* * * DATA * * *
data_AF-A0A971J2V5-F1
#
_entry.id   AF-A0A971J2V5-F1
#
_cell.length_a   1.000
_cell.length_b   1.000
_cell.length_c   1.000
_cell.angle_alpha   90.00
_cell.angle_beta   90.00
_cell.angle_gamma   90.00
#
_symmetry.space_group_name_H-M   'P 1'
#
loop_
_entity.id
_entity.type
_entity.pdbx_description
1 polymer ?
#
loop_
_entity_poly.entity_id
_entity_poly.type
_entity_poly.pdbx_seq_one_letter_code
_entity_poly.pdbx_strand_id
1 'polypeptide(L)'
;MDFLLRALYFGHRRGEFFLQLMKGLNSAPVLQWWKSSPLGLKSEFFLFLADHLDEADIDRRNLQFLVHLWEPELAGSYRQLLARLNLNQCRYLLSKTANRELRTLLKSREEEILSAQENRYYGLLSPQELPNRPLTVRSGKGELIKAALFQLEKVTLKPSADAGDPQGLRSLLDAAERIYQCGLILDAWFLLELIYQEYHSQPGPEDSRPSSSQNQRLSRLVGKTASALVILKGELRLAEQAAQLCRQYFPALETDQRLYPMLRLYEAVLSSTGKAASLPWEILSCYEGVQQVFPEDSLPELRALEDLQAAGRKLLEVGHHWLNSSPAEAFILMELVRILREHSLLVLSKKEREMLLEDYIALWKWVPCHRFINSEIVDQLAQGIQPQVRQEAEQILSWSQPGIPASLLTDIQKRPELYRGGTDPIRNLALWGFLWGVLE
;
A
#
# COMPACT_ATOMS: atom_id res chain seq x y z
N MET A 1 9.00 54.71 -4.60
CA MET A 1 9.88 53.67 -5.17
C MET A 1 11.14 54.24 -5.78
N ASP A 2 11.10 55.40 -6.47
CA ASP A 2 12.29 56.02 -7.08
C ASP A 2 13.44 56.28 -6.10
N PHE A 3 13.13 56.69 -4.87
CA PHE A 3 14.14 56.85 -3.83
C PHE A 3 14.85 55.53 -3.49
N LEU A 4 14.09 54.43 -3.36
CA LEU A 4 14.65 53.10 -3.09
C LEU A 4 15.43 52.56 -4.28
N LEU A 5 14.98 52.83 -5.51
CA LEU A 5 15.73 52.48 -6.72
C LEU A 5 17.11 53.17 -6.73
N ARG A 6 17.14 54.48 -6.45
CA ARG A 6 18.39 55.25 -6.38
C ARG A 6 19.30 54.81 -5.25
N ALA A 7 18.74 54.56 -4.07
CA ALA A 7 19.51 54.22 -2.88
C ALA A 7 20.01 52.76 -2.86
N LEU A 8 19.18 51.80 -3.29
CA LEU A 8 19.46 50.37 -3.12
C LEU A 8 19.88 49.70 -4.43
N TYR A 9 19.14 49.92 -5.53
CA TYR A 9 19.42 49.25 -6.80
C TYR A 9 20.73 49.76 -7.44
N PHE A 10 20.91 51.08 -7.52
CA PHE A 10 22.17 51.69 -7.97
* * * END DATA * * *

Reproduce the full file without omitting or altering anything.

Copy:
data_AF-A0A971J2V5-F1
#
_entry.id   AF-A0A971J2V5-F1
#
_cell.length_a   1.000
_cell.length_b   1.000
_cell.length_c   1.000
_cell.angle_alpha   90.00
_cell.angle_beta   90.00
_cell.angle_gamma   90.00
#
_symmetry.space_group_name_H-M   'P 1'
#
loop_
_entity.id
_entity.type
_entity.pdbx_description
1 polymer ?
#
loop_
_entity_poly.entity_id
_entity_poly.type
_entity_poly.pdbx_seq_one_letter_code
_entity_poly.pdbx_strand_id
1 'polypeptide(L)'
;MDFLLRALYFGHRRGEFFLQLMKGLNSAPVLQWWKSSPLGLKSEFFLFLADHLDEADIDRRNLQFLVHLWEPELAGSYRQLLARLNLNQCRYLLSKTANRELRTLLKSREEEILSAQENRYYGLLSPQELPNRPLTVRSGKGELIKAALFQLEKVTLKPSADAGDPQGLRSLLDAAERIYQCGLILDAWFLLELIYQEYHSQPGPEDSRPSSSQNQRLSRLVGKTASALVILKGELRLAEQAAQLCRQYFPALETDQRLYPMLRLYEAVLSSTGKAASLPWEILSCYEGVQQVFPEDSLPELRALEDLQAAGRKLLEVGHHWLNSSPAEAFILMELVRILREHSLLVLSKKEREMLLEDYIALWKWVPCHRFINSEIVDQLAQGIQPQVRQEAEQILSWSQPGIPASLLTDIQKRPELYRGGTDPIRNLALWGFLWGVLE
;
A
#
# COMPACT_ATOMS: atom_id res chain seq x y z
N MET A 1 9.00 54.71 -4.60
CA MET A 1 9.88 53.67 -5.17
C MET A 1 11.14 54.24 -5.78
N ASP A 2 11.10 55.40 -6.47
CA ASP A 2 12.29 56.02 -7.08
C ASP A 2 13.44 56.28 -6.10
N PHE A 3 13.13 56.69 -4.87
CA PHE A 3 14.14 56.85 -3.83
C PHE A 3 14.85 55.53 -3.49
N LEU A 4 14.09 54.43 -3.36
CA LEU A 4 14.65 53.10 -3.09
C LEU A 4 15.43 52.56 -4.28
N LEU A 5 14.98 52.83 -5.51
CA LEU A 5 15.73 52.48 -6.72
C LEU A 5 17.11 53.17 -6.73
N ARG A 6 17.14 54.48 -6.45
CA ARG A 6 18.39 55.25 -6.38
C ARG A 6 19.30 54.81 -5.25
N ALA A 7 18.74 54.56 -4.07
CA ALA A 7 19.51 54.22 -2.88
C ALA A 7 20.01 52.76 -2.86
N LEU A 8 19.18 51.80 -3.29
CA LEU A 8 19.46 50.37 -3.12
C LEU A 8 19.88 49.70 -4.43
N TYR A 9 19.14 49.92 -5.53
CA TYR A 9 19.42 49.25 -6.80
C TYR A 9 20.73 49.76 -7.44
N PHE A 10 20.91 51.08 -7.52
CA PHE A 10 22.17 51.69 -7.97